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2012 Tour de France winner says he has a new laid-back attitude to cycling - which apparently involves ensuring that two-hour rides are *precisely* two hours

Sir Bradley Wiggins says that e-bikes are “brilliant” because they allow people to cycle who otherwise wouldn’t. “It has its place in society and I don’t think it’s cheating at all,” he told the Pocket Lint podcast.

"I think it's brilliant because a lot people enjoy the benefits of cycling, and the outdoors and freedom it gives them, but they just aren't able to do it for heath reason sometimes,” he said.

"It's a shame if someone’s got heart problems or are obese through illness and they simply can't get up a hill or anything. For those people, they still enjoy the outdoors and the freedom and the sense of freedom that a bike gives you without the health risks.”

According to Wiggins: “Half the reason a lot of people maybe won’t go on a bike – you know, ‘I can’t stand going up hills, bloody size of me’ and all that – with these e-bikes it starts you off and you can get into it.

“You’re still active by riding an e-bike. It's not like you’re sat on a moped. You can choose when you use the power.

“Rather than having to walk up a hill and feel terrible because you can't get up a hill, there is still a sense of achievement for someone who can’t get out of the house maybe."

As far as accusations that e-bike riders are somehow ‘cheating’, he said: "If you want to go out and beat blokes round Richmond Park and that, then fair enough, yeah, but not everyone wants to do that. Some people just want to get out of the house and feel active."

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Elsewhere in the podcast, Wiggins talks about the need to expand London’s cycle infrastructure – "If every one of these people on bikes got in cars then no-one would be moving anywhere" – and also about his own cycling habits since retirement.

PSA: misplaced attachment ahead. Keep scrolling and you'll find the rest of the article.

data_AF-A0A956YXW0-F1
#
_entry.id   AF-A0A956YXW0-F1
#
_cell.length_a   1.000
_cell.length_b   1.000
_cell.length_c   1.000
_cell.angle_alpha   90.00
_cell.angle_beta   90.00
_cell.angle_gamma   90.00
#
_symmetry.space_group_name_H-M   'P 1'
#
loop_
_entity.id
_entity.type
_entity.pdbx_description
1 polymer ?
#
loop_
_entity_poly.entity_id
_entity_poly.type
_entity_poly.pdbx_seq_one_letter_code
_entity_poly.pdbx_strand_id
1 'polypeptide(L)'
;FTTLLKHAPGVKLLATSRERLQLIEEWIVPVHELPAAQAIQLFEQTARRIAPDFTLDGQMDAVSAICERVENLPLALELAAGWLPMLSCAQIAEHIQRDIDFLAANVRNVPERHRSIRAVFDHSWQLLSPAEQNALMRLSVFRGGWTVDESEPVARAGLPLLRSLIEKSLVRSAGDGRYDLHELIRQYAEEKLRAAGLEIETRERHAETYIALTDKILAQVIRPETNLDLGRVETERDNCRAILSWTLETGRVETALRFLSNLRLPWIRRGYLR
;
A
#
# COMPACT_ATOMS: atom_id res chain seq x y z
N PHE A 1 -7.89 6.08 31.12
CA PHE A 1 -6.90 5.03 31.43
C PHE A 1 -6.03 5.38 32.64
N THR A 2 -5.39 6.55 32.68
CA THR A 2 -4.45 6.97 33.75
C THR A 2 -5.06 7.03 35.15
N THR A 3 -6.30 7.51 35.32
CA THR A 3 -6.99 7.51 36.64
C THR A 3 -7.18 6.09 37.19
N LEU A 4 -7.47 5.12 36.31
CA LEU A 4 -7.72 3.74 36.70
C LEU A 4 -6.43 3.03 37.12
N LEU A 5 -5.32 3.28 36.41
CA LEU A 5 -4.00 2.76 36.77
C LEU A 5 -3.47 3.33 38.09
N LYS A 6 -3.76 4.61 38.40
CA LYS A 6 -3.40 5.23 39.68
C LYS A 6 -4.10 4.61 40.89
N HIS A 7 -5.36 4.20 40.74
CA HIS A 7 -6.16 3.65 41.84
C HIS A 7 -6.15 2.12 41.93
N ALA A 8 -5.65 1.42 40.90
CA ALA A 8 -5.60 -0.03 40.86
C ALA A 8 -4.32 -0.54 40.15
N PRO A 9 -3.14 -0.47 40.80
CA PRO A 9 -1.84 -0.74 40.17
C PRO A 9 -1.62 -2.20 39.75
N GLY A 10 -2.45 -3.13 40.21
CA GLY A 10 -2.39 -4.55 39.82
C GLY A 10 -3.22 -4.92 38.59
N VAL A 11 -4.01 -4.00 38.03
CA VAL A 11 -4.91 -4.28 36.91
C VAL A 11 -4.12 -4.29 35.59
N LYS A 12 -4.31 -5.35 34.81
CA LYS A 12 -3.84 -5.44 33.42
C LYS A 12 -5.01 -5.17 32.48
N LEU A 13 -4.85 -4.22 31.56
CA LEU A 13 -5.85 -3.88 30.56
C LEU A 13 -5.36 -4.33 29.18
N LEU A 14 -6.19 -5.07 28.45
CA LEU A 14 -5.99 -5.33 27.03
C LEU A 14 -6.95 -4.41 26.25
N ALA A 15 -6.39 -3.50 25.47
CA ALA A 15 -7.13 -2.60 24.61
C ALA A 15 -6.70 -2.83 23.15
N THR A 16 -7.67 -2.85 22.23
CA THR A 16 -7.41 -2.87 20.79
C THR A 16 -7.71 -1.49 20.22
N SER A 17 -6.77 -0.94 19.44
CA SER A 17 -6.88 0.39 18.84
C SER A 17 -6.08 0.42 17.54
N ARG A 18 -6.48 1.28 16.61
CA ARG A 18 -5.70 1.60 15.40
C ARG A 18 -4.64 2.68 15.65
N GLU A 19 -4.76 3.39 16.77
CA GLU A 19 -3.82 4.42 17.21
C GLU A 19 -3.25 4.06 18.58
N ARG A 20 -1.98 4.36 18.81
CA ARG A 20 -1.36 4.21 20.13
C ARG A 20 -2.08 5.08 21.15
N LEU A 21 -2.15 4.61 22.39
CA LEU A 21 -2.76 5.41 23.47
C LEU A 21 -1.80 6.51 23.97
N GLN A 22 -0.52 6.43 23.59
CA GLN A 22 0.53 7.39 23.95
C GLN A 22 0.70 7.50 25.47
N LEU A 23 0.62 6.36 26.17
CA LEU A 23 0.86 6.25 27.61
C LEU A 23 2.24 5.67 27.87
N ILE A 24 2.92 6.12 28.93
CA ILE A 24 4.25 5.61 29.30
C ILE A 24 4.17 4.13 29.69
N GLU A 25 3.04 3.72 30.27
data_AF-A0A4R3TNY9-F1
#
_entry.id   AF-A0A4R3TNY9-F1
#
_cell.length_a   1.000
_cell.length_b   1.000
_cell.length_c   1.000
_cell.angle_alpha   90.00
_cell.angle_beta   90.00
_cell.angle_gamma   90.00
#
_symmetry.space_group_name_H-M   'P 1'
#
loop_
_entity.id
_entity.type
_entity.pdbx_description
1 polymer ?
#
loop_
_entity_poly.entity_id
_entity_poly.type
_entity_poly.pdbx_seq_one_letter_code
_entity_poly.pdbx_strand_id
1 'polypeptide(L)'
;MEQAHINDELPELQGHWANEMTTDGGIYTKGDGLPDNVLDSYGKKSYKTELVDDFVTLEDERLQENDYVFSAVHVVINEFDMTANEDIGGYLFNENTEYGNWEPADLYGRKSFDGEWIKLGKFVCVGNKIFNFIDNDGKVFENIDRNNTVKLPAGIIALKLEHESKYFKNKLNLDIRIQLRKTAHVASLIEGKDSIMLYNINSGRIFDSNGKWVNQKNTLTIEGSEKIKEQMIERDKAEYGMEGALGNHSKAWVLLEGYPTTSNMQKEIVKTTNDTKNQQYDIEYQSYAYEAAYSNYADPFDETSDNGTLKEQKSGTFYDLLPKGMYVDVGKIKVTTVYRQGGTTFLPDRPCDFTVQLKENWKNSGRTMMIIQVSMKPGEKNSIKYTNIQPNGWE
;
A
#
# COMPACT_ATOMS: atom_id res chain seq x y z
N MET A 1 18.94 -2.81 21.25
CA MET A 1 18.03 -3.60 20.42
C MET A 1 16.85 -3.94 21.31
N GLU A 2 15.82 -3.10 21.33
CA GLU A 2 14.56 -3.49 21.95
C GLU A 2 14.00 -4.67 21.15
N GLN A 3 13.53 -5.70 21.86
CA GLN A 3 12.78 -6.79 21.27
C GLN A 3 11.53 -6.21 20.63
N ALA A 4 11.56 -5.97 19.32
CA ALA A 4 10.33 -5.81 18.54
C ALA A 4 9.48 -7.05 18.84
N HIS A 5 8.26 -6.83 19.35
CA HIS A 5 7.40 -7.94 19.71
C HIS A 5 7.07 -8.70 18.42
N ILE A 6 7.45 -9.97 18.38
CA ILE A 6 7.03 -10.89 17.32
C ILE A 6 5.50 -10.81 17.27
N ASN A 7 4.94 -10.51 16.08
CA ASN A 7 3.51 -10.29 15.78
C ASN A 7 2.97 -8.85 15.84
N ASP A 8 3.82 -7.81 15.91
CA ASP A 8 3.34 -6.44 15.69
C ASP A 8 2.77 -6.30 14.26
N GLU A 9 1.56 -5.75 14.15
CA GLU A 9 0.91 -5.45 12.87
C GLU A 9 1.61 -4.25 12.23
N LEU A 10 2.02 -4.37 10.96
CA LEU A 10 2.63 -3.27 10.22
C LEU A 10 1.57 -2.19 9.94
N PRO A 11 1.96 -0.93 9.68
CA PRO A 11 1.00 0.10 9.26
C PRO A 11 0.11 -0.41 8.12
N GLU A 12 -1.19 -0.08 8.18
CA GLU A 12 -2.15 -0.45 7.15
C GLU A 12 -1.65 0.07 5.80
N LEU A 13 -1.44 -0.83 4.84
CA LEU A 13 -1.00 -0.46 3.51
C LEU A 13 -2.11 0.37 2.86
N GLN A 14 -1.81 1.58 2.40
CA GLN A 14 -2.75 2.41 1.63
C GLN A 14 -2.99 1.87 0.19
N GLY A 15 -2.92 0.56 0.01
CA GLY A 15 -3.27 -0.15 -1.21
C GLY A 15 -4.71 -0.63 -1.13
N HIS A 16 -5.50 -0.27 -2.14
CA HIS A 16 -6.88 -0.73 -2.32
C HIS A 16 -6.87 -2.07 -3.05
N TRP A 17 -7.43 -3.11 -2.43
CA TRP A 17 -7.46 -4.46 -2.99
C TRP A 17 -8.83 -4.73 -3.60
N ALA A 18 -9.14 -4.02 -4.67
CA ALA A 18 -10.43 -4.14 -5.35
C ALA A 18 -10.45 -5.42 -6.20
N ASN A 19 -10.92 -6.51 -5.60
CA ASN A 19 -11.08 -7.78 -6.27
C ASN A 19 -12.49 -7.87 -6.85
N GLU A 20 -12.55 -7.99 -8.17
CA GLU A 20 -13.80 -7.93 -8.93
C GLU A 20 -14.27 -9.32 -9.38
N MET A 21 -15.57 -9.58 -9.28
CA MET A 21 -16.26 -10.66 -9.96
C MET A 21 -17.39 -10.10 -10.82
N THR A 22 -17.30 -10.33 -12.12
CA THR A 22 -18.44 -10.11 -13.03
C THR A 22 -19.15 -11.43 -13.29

He says he runs more than cycles these days. “I just go out on my bike when I want to go out on my bike really,” he said. “For the pleasure.”

Despite riding much less frequently – or quite possibly because of this – he feels that he has recently rediscovered his love for cycling.

“It became such a chore towards the end of my career and I’ve rekindled my love of it, so I just enjoy going out on my bike.

“I don’t want to be raced by anyone. I don’t want to go out in a group and have someone getting a kick out of beating me up a hill now. I’ve just got no ego as a cyclist any more. I’m not competitive on a bike, but I just love riding my bike and I reconnected with that sense of freedom it gave me.”

It doesn’t sound like he’s become totally laid-back however, admitting that he still pays close attention to his bike computer.

“I’m a bit institutionalised with technology because it was my training tool daily. I’ve always not been able to fly blind, as it were. I’ve always needed a guide in front of me.

“So even on my road bike, I’ll have a little Garmin or something. Things like, if I go out for two hours, I do two hours. You know, I don’t just say, ‘What time did I leave? Oh five, I’ve done about two hours’

“I have to do two hours. I can’t do 1h55. I’m quite… Two hours is two hours, you know?”

Alex has written for more cricket publications than the rest of the road.cc team combined. Despite the apparent evidence of this picture, he doesn't especially like cake.